class_10_student_version_urban_sustainability_case_study_in_mexico_city

Class_10_student_version_urban_sustainability_case_study_in_mexico_city

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GOG 220 Urban Geography Class #10 (2/28) Urban Sustainability   Case Study VI:  Squalor in the  Suburbs, Mexico City  Reading : Hall Ch 9     
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Urban sustainability (Hall Ch  9) The major themes/issues raised in this Chapter  (which will be illustrated here with case  study material from Atlanta and Mexico City)  are: The link between cities and the environment: - cities as a threat to the environment, in  terms of resource use, land loss etc -  the environment as a threat to cities  and  their inhabitants - social processes as mediators of  enviornmental impacts and costs; risks from env threats are disproportionately 
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Defining some terms: the ecological  “footprint” sustainability, and  urban sustainability ecological  modernization the “greening” of  capitalism (paying for  the “right” to pollute) “greenwash” (branch  plants of TNC’s do  not follow the lead)
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Ecological Footprint  accounts  estimate how may Earths were needed  to meet the resource requirements of  humanity for each year since 1961,  when complete UN statistics became  available.  Resource demand  (Ecological  Footprint) for the world as a whole is  the product of population times per  capita consumption, and reflects both  the level of consumption and the  efficiency with which resources are  turned into consumption products.  Resource supply  (biocapacity) varies  each year with ecosystem  management, agricultural practices  (such as fertilizer use and irrigation),  ecosystem degradation, and weather.   This global assessment shows how  the size of the human enterprise  compared to the biosphere, and to  what extent humanity is in ecological  http://www.footprintnetwork.org/gfn_sub.p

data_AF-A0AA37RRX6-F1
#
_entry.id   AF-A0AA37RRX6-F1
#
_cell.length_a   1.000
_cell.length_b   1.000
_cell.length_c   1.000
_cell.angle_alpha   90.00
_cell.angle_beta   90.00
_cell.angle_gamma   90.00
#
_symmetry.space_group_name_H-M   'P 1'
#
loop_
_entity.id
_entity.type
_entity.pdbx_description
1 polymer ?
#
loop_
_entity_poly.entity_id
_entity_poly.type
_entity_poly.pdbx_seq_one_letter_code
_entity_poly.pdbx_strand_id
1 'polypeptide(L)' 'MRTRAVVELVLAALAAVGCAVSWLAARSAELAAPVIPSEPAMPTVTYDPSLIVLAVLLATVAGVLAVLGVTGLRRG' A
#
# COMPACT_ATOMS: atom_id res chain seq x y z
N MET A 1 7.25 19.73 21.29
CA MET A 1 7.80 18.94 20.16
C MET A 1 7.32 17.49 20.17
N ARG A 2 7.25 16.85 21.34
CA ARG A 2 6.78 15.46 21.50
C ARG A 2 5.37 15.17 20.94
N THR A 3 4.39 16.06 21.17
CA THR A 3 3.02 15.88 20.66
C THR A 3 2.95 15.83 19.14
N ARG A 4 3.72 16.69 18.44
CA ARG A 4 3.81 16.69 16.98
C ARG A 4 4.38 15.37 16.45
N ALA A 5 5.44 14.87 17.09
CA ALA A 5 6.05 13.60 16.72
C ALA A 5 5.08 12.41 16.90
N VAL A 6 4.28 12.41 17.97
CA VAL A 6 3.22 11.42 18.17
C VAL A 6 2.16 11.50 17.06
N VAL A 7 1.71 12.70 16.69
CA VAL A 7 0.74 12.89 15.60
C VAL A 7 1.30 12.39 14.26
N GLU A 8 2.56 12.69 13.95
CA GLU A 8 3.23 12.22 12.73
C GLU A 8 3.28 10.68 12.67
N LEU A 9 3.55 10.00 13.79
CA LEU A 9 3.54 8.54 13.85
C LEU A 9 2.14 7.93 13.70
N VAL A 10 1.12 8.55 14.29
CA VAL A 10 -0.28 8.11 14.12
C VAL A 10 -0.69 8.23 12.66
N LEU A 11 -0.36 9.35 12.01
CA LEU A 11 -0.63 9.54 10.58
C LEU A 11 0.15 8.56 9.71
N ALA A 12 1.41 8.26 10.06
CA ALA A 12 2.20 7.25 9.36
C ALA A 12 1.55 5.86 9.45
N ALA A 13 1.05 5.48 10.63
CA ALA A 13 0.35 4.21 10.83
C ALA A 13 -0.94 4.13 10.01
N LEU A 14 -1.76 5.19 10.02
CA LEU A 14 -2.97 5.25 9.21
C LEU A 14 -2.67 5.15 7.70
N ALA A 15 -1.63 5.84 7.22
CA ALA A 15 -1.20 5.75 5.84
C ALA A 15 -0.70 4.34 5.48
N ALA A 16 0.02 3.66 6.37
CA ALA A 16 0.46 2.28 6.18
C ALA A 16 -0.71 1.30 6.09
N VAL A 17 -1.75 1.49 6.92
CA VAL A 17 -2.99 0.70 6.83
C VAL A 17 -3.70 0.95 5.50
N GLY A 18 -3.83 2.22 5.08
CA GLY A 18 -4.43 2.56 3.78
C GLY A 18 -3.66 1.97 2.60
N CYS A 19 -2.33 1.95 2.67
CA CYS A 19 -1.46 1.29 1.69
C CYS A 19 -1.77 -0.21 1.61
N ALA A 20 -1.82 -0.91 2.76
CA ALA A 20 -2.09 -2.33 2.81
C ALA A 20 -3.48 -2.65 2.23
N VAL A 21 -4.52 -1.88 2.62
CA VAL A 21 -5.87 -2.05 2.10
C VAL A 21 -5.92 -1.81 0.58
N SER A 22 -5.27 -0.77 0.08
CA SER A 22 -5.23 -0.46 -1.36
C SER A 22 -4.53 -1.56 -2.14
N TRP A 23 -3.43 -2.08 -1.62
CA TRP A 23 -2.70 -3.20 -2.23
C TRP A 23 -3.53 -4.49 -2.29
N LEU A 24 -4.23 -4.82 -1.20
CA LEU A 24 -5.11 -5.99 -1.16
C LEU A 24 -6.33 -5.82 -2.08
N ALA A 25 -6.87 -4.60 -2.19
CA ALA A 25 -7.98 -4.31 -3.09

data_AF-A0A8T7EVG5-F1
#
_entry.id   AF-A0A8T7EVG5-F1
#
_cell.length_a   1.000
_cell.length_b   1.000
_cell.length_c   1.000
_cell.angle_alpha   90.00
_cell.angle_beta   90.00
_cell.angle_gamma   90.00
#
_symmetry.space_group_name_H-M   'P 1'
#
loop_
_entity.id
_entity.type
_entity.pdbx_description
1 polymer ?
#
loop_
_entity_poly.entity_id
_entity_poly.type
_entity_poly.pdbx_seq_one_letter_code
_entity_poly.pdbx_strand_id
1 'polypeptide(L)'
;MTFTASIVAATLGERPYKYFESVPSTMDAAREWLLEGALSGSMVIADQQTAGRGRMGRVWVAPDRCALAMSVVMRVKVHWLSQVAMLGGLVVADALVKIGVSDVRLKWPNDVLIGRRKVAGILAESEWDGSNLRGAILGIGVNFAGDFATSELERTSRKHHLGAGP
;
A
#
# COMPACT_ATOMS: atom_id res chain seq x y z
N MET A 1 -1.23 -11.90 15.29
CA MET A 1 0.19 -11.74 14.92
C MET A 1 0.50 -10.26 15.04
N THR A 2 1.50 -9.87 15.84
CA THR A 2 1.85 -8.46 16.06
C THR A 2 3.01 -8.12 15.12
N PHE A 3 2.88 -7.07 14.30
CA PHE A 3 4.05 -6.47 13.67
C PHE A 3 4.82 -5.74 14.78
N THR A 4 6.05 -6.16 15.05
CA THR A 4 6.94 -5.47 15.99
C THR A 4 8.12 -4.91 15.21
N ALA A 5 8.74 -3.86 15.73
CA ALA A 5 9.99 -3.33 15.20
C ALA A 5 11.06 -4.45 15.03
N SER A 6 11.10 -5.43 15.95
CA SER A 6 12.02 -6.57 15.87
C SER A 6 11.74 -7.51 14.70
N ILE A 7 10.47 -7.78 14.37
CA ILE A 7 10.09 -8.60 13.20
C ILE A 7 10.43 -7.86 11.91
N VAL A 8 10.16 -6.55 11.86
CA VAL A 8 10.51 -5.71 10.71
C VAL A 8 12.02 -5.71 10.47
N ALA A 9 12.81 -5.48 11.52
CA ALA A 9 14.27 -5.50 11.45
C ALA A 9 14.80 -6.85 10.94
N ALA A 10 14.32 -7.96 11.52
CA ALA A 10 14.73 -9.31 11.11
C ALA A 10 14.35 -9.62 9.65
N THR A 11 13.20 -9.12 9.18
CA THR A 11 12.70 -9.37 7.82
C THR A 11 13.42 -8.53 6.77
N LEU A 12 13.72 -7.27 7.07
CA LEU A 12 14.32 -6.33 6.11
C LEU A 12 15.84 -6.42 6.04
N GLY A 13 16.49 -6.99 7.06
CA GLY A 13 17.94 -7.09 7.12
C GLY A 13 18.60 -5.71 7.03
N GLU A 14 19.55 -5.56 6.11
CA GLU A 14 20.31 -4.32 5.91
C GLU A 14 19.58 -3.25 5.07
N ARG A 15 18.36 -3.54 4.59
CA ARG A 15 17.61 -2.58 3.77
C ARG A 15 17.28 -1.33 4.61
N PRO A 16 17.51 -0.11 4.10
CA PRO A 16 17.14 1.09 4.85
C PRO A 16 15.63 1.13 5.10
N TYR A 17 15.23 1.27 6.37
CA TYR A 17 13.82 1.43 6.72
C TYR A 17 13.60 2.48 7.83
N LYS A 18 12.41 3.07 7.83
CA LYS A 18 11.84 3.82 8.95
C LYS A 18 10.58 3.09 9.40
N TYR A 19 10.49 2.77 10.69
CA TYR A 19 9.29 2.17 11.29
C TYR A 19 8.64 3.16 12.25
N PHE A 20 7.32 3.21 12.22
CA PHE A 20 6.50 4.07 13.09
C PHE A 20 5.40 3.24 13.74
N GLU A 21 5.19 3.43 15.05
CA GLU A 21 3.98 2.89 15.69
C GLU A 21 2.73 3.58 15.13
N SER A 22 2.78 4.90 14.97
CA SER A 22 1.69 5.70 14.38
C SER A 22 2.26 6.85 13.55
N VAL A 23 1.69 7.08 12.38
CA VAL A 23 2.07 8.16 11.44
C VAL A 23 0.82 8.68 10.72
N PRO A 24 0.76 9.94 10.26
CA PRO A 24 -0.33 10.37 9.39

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Sustainability embodies "stewardship" and "design with nature," well  established goals of the design professions and "carrying capacity,"  a highly developed modeling technique used by scientists and  planners.  the most popular definition of sustainability can be traced to a 1987 UN conference.  It defined sustainable developments as those that " meet present needs without  compromising the ability of future generations to meet their needs "(WECD,  1987). Robert Gillman, editor of the  In Context  magazine, extends this goal oriented  definition by stating "sustainability refers to a very old and simple concept (The  Golden Rule). .. do onto future generations as you would have them do onto  you ."  these well-established definitions set an ideal premise, but do not clarify specific  human and environmental parameters for modeling and measuring sustainable  developments. The following definitions are more specific: 
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Class_10_student_version_urban_sustainability_case_study_in_mexico_city

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